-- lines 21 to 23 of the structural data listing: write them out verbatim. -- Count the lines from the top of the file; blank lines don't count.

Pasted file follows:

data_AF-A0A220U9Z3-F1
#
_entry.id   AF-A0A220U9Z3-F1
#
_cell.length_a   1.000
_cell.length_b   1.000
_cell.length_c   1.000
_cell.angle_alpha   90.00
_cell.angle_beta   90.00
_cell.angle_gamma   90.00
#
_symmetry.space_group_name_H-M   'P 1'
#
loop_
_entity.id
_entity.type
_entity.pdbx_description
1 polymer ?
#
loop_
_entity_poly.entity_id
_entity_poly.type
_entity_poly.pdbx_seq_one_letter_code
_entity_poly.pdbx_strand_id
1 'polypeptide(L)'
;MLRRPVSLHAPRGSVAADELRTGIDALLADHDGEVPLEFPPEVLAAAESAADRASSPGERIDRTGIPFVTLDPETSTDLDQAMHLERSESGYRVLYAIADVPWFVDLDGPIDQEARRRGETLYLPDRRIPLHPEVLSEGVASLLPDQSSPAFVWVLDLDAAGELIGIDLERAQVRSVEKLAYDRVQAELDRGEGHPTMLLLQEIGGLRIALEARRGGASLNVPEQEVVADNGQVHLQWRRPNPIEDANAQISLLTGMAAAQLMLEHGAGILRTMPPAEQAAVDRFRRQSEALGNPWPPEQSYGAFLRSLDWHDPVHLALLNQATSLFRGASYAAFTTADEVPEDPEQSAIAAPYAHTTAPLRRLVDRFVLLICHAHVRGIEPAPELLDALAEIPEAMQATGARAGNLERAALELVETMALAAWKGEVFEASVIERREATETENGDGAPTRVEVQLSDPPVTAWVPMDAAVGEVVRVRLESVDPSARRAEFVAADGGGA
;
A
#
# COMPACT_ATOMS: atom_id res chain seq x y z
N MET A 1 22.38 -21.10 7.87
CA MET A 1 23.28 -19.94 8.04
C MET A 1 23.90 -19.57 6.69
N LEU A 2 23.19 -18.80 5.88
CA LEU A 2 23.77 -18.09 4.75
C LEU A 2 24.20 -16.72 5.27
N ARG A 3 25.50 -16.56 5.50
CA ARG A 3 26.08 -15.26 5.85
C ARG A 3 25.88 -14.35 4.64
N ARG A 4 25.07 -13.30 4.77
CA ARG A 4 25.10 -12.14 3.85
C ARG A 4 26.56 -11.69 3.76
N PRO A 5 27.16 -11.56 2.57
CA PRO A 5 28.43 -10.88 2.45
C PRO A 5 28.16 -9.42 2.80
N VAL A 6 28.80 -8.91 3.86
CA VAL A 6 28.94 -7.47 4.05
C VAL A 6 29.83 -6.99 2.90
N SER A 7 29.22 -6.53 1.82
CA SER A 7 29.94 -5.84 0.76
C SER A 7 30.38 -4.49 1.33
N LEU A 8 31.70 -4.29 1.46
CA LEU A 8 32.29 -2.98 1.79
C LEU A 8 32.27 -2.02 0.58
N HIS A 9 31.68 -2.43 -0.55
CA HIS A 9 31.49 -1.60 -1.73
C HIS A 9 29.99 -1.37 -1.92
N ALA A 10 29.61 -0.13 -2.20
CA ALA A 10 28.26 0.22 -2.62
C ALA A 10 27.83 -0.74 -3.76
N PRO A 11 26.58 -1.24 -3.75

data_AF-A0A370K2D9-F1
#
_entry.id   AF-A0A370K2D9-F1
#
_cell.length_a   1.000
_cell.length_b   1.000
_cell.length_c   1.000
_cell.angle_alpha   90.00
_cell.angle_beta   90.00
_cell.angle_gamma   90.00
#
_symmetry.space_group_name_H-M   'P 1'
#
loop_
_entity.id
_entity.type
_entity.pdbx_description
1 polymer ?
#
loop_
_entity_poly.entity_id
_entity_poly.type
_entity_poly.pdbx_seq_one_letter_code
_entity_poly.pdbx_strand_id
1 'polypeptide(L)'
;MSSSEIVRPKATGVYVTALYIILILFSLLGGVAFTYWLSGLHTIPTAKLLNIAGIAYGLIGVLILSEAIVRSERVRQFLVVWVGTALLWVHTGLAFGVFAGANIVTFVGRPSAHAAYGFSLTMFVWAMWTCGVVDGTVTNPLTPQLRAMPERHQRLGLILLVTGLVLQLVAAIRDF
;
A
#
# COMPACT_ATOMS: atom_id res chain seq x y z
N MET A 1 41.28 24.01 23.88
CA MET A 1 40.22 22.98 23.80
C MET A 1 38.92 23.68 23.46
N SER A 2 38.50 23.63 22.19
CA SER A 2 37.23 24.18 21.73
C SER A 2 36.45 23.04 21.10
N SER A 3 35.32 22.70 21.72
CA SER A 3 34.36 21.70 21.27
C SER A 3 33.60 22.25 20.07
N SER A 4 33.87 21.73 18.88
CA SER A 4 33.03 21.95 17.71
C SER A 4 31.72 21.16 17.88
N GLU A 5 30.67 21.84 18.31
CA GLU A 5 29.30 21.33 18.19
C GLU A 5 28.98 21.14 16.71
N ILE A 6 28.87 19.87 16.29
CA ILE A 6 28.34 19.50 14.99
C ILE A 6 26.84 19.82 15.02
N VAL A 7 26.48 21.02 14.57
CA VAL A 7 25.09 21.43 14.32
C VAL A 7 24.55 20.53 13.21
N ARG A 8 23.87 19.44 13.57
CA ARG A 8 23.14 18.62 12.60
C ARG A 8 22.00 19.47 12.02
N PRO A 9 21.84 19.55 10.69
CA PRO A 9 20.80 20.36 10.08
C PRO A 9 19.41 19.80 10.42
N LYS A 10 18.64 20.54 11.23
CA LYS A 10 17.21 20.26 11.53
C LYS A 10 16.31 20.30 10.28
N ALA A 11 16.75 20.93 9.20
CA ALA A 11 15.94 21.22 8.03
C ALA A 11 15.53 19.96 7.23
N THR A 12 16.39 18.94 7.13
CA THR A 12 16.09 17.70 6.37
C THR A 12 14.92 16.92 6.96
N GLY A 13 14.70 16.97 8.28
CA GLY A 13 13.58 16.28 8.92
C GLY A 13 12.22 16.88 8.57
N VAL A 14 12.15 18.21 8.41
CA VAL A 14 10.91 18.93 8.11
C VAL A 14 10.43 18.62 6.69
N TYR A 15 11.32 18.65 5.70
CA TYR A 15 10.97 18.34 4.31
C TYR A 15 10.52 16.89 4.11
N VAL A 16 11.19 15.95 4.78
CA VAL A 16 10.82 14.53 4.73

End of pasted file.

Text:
_entity_poly.entity_id
_entity_poly.type
_entity_poly.pdbx_seq_one_letter_code